A world leader of research in molecular biology and biochemistry, Dr. Phillip A. Sharp is Institute Professor at the Massachusetts Institute of Technology.
Much of Dr. Sharp's scientific work has been conducted at MIT's Center for Cancer Research (now the Koch Institute), which he joined in 1974 and directed from 1985 to 1991. He subsequently led the Department of Biology from 1991 to 1999 before assuming the directorship of the McGovern Institute from 2000-2004. His research interests have centered on the molecular biology of gene expression relevant to cancer and the mechanisms of RNA splicing. His landmark achievement was the discovery of RNA splicing in 1977. This work provided one of the first indications of the startling phenomenon of “discontinuous genes” in mammalian cells. The discovery that genes contain nonsense segments that are edited out by cells in the course of utilizing genetic information is important in understanding the genetic causes of cancer and other diseases. This discovery, which fundamentally changed scientists' understanding of the structure of genes, earned Dr. Sharp the 1993 Nobel Prize in Physiology or Medicine. His lab has now turned its attention to understanding how RNA molecules act as switches to turn genes on and off (RNA interference). These newly discovered processes have revolutionized cell biology and could potentially generate a new class of therapeutics.
Dr. Sharp has authored over 350 scientific papers. He has received numerous awards and honorary degrees, and has served on many advisory boards for the government, academic institutions, scientific societies, and companies. His awards include the Gairdner Foundation International Award, General Motors Research Foundation Alfred P. Sloan, Jr. Prize for Cancer Research, the Albert Lasker Basic Medical Research Award, the National Medal of Science and the inaugural Double Helix Medal from CSHL. He is elected member of the National Academy of Sciences, the Institute of Medicine, the American Academy of Arts and Sciences, and the American Philosophical Society.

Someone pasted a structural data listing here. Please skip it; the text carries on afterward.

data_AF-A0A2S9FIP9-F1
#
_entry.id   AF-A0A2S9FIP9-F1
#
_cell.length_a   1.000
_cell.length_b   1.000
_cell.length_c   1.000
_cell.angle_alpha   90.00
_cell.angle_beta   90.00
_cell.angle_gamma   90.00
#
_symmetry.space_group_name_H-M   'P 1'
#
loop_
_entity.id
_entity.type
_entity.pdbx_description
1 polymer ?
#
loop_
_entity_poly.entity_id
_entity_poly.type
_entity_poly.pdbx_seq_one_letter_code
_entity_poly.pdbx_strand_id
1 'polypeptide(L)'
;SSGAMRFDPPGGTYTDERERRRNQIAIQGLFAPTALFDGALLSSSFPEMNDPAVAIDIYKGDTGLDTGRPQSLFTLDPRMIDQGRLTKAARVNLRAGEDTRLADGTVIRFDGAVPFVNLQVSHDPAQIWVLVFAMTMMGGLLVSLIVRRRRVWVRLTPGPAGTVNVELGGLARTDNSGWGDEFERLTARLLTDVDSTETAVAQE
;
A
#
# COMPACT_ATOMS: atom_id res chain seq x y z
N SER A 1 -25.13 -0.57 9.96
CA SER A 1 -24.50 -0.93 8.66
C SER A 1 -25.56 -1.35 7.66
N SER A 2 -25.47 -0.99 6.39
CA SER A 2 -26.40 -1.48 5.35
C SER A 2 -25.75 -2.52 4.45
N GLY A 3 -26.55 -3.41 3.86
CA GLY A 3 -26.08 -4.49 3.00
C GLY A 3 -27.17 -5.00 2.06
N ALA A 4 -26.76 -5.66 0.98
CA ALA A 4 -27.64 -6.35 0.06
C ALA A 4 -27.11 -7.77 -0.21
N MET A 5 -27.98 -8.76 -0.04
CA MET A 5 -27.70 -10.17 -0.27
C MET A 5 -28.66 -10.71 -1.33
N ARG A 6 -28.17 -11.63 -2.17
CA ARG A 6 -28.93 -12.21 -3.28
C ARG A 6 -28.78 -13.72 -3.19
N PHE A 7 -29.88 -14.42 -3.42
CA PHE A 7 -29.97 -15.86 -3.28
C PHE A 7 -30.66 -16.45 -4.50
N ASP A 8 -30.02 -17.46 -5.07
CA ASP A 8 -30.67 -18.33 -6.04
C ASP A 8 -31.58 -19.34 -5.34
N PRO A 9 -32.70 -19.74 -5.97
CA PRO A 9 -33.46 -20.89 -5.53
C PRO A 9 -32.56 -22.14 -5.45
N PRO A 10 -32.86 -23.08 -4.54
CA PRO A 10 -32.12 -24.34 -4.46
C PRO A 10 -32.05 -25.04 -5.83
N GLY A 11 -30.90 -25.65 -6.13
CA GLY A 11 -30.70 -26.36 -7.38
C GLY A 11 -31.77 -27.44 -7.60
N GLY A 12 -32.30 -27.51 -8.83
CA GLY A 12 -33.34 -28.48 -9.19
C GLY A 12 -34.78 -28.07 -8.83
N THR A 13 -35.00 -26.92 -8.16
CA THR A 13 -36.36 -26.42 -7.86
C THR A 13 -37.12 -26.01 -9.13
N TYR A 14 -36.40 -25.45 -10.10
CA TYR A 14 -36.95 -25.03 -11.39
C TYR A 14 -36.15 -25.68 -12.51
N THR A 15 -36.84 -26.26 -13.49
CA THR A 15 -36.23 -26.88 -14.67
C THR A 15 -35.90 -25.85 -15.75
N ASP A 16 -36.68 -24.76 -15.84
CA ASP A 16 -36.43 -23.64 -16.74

A native of Kentucky, Dr. Sharp earned a B.A. degree from Union College, KY in 1966, and a PhD in chemistry from the University of Illinois, Champaign-Urbana in 1969. He did his postdoctoral training at the California Institute of Technology, where he studied the molecular biology of plasmids from bacteria in Professor Norman Davidson's laboratory. Prior to joining MIT, he was Senior Scientist at Cold Spring Harbor Laboratory.
In 1978 Dr. Sharp co-founded Biogen (now Biogen Idec) and in 2002 he co-founded Alnylam Pharmaceuticals, an early-stage therapeutics company.
A broad thinker who studies the intersection of science, business and society, Juan Enriquez has a talent for bridging disciplines to build a coherent look ahead. Enriquez was the founding director of the Harvard Business School Life Sciences Project, and has published widely on topics from the technical (global nucleotide data flow) to the sociological (gene research and national competitiveness), and was a member of Celera Genomics founder Craig Venter's marine-based team to collect genetic data from the world's oceans.
Formerly CEO of Mexico City's Urban Development Corporation and chief of staff for Mexico's secretary of state, Enriquez played a role in reforming Mexico's domestic policy and helped negotiate a cease-fire with Zapatista rebels. He is a Managing Director at Excel Medical Ventures, a life sciences venture capital firm, and the chair and CEO of Biotechonomy, a research and investment firm helping to fund new genomics firms. The Untied States of America, his latest book, looks at the forces threatening America's future as a unified country.
"Juan Enriquez will change your view of change itself."